How a ‘death squad’ helped me say goodbye to my dad
ONE of the greatest gifts my father ever gave me, two years prior to his death, was to instigate a conversation with me about his life, and his thoughts about his death.
It was a cold Saturday morning at a bayside beach cafe in Melbourne, a week after he'd been released from yet another hospital stint. He was down two toes this time, the result of complications with Type 2 diabetes. Breakfast on the weekends was a regular weekend ritual for Dad and I, but on this occasion, we were joined by Jane, a close friend of mine from interstate. Dad and I spent a lot of time arguing about sugar around this time, whether it was killing him, or whether it was bringing him joy. I see now, it was doing both.
On this morning, he raised his vanilla milkshake to his lips like a cheeky little boy, as he said "I want you to know that I've had a great life, I've done everything I wanted to do. The only thing I can't bear the thought of is not seeing your face again."
My heart felt heavy upon hearing his words. The thought of him dying had been a fear I'd had since I was a small child. Sensing the weight of the moment, my friend Jane stepped in and said, "Well Ian, you know your daughter and I have some pretty weird ideas about all that, and we believe we will see you again. And that we're never really gone. In fact, we think we all go somewhere pretty magical."
My dad did his half nod, half shake of the head, with a kind of Billy Idol half smirk. The one that meant he was listening, albeit not completely convinced you weren't just a little nuts. Jane continued, "So Ian, when the time comes and you leave the planet, if you discover that we were right, why don't you come back and give Amber a little sign?" He paused for a second and then chuckled, while politely agreeing. I took this moment to lighten the mood, and to hide my heaviness from dad, by adding "Yeah Dad, do, but don't make it too creepy."
I sensed the gravity of the conversation with my dad, as it was unfolding.
My dad died on Good Friday this year.
Since he's been gone, I've been at the mercy of this thing called grief. It's not only painful, but it's extremely lonely. I've seen the way people scurry off once the funeral is over. I've experienced many dark days and hours, when it feels as though you might be the only one that's ever waded through the grief pond. I've wished more people would talk to me about their experience with death, so I can try to make sense of mine, and heal. It seems strange to me, a born talker I guess, that few offer a conversation about what they know, or think about death.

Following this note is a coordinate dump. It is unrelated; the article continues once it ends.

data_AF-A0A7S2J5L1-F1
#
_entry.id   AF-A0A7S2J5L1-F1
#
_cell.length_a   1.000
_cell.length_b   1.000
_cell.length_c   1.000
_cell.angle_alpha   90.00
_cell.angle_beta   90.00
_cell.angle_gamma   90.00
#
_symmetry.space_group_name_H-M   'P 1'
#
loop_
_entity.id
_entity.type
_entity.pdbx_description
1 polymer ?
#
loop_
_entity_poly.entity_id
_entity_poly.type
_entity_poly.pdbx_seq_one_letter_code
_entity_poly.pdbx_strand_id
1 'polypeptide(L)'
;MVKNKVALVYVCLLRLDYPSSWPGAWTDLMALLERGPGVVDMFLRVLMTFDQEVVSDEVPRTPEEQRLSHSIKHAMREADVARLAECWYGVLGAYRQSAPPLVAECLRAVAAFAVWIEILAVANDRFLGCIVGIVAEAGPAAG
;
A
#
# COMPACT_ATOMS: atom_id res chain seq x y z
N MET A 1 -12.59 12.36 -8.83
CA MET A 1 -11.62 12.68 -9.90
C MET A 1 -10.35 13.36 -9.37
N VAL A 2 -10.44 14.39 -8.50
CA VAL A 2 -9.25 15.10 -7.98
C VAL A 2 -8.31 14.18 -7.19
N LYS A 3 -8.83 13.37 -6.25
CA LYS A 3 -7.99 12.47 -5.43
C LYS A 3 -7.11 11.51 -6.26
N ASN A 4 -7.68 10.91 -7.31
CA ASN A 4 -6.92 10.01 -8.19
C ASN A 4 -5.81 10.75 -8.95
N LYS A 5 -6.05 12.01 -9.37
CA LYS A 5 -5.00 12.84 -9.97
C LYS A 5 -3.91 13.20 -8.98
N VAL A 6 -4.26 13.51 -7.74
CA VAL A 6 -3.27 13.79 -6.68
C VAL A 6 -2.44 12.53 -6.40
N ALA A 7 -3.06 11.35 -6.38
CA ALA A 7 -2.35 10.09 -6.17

I wonder why I hadn't heard that the "firsts" are not just the significant days; their birthday, your birthday, Father's Day, Christmas and their death anniversary. I've discovered the truth of the "firsts" is they swarm around you like ants on a dropped sweet on the footpath. Like as you find yourself just metres away from the bench you last sat on eating dumplings with your dad, after you decide to swing past the South Melbourne market to grab bread.
Or as you're descending over the city, your first trip away since his death, as you peer out the window down at the peaceful twinkling of the lights of your hometown at night. The contemplation of who you'll first call when you land. The ones who always miss you. And then it slaps you on the side of the head; "he doesn't live here anymore". Or even just as you open the boot of your car, to find his favourite jacket crumpled among your gym gear and supermarket bags, The jacket you promised him you'd get dry-cleaned, but you ran out of time. You literally ran out of time.
And yet, what I have learnt about death is it's not treated like other news in your life; a new job, partner, a small Maltese Shih Tzu called Marley, or a new home - because most people don't come looking for updates. They send you text messages saying "how's the new guy?" with half a dozen carefully curated emojis hanging off the question, but when your news happens to be death, a lot of people go awfully quiet. At a time when you've just had the biggest chunk of love ripped from your heart, the kind of moment most fertile for the seeds of darkness to begin to grow, it's hard not to notice how often people don't ask, "are you OK?"
Why is it we talk more about the death of a celebrity with each other, than we do about the people we knew?
My dad's death was sudden. It was heartbreaking and difficult (it still is), but my dad gifted me with the clarity of his life, because he was brave enough to share. Every time the darkness descends and I can feel that part of me that wants to drag me further into misery by turning his life into a tragedy, I can hear his words; "I've led a good life. I've done everything I wanted to do."
The evening before my dad died, an angel called Grace came into his room. She was the nurse in charge at St Vincent's Hospital in Melbourne that night. Part of the amazing team I've come to refer to affectionally as "the death squad". As my dad lay semiconscious in bed, Grace whispered to him, "Ian, I'm going to move your bed towards the window. I want you to look out towards the light and tell me what you see?" She wasn't expecting a response. She just want him to see the golden, pinky dusk of the night sky. It was one of the most beautiful nights I've ever seen. A smile came across his face as he squinted to look ahead. "Now Ian, I want you to take that image with you on your next journey."
We shy away from conversations that involve death, and yet not all of them are uncomfortable or painful. Some of them are the most precious and heartwarming stories you'll ever hear, and some are not. And yet both represent life and an opportunity to build resilience, and importantly, to heal.